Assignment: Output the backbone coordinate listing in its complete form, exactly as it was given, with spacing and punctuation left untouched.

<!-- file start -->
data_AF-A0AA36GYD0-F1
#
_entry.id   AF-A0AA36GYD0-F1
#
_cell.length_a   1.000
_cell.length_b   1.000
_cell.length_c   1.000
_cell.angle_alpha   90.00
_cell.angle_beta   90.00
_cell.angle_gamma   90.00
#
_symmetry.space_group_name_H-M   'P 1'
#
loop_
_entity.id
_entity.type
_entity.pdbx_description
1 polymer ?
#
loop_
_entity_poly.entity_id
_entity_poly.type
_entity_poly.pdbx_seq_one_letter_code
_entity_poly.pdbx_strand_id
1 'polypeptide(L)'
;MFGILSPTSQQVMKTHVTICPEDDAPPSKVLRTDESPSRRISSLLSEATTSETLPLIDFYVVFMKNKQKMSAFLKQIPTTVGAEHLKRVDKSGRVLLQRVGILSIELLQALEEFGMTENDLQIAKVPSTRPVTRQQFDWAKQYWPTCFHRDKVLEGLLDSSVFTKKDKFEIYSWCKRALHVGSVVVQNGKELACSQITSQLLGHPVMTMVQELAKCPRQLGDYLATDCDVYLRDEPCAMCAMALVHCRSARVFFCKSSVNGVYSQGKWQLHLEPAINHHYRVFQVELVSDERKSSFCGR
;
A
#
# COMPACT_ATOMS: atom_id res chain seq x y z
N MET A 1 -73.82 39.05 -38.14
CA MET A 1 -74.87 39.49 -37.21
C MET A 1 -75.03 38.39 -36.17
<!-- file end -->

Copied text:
data_AF-A0AA36GYD0-F1
#
_entry.id   AF-A0AA36GYD0-F1
#
_cell.length_a   1.000
_cell.length_b   1.000
_cell.length_c   1.000
_cell.angle_alpha   90.00
_cell.angle_beta   90.00
_cell.angle_gamma   90.00
#
_symmetry.space_group_name_H-M   'P 1'
#
loop_
_entity.id
_entity.type
_entity.pdbx_description
1 polymer ?
#
loop_
_entity_poly.entity_id
_entity_poly.type
_entity_poly.pdbx_seq_one_letter_code
_entity_poly.pdbx_strand_id
1 'polypeptide(L)'
;MFGILSPTSQQVMKTHVTICPEDDAPPSKVLRTDESPSRRISSLLSEATTSETLPLIDFYVVFMKNKQKMSAFLKQIPTTVGAEHLKRVDKSGRVLLQRVGILSIELLQALEEFGMTENDLQIAKVPSTRPVTRQQFDWAKQYWPTCFHRDKVLEGLLDSSVFTKKDKFEIYSWCKRALHVGSVVVQNGKELACSQITSQLLGHPVMTMVQELAKCPRQLGDYLATDCDVYLRDEPCAMCAMALVHCRSARVFFCKSSVNGVYSQGKWQLHLEPAINHHYRVFQVELVSDERKSSFCGR
;
A
#
# COMPACT_ATOMS: atom_id res chain seq x y z
N MET A 1 -73.82 39.05 -38.14
CA MET A 1 -74.87 39.49 -37.21
C MET A 1 -75.03 38.39 -36.17